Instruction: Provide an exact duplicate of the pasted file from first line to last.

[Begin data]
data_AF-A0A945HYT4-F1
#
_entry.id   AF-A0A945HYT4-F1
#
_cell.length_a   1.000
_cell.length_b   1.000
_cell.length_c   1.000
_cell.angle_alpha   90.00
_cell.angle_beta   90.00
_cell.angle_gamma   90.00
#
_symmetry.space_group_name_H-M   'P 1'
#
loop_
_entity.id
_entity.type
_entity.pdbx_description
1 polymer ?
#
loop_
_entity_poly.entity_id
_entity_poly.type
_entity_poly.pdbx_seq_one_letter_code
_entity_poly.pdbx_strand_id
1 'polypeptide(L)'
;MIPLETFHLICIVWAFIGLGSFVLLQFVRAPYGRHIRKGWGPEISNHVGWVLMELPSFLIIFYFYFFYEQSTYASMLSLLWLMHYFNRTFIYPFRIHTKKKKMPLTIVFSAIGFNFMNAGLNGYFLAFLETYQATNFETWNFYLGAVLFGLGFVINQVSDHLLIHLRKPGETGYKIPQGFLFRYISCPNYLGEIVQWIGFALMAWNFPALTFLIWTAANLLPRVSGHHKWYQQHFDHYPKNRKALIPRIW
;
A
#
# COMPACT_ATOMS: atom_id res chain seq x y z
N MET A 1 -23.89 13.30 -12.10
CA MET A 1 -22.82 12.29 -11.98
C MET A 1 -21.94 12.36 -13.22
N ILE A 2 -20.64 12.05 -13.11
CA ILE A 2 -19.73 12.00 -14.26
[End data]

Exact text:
data_AF-A0A945HYT4-F1
#
_entry.id   AF-A0A945HYT4-F1
#
_cell.length_a   1.000
_cell.length_b   1.000
_cell.length_c   1.000
_cell.angle_alpha   90.00
_cell.angle_beta   90.00
_cell.angle_gamma   90.00
#
_symmetry.space_group_name_H-M   'P 1'
#
loop_
_entity.id
_entity.type
_entity.pdbx_description
1 polymer ?
#
loop_
_entity_poly.entity_id
_entity_poly.type
_entity_poly.pdbx_seq_one_letter_code
_entity_poly.pdbx_strand_id
1 'polypeptide(L)'
;MIPLETFHLICIVWAFIGLGSFVLLQFVRAPYGRHIRKGWGPEISNHVGWVLMELPSFLIIFYFYFFYEQSTYASMLSLLWLMHYFNRTFIYPFRIHTKKKKMPLTIVFSAIGFNFMNAGLNGYFLAFLETYQATNFETWNFYLGAVLFGLGFVINQVSDHLLIHLRKPGETGYKIPQGFLFRYISCPNYLGEIVQWIGFALMAWNFPALTFLIWTAANLLPRVSGHHKWYQQHFDHYPKNRKALIPRIW
;
A
#
# COMPACT_ATOMS: atom_id res chain seq x y z
N MET A 1 -23.89 13.30 -12.10
CA MET A 1 -22.82 12.29 -11.98
C MET A 1 -21.94 12.36 -13.22
N ILE A 2 -20.64 12.05 -13.11
CA ILE A 2 -19.73 12.00 -14.26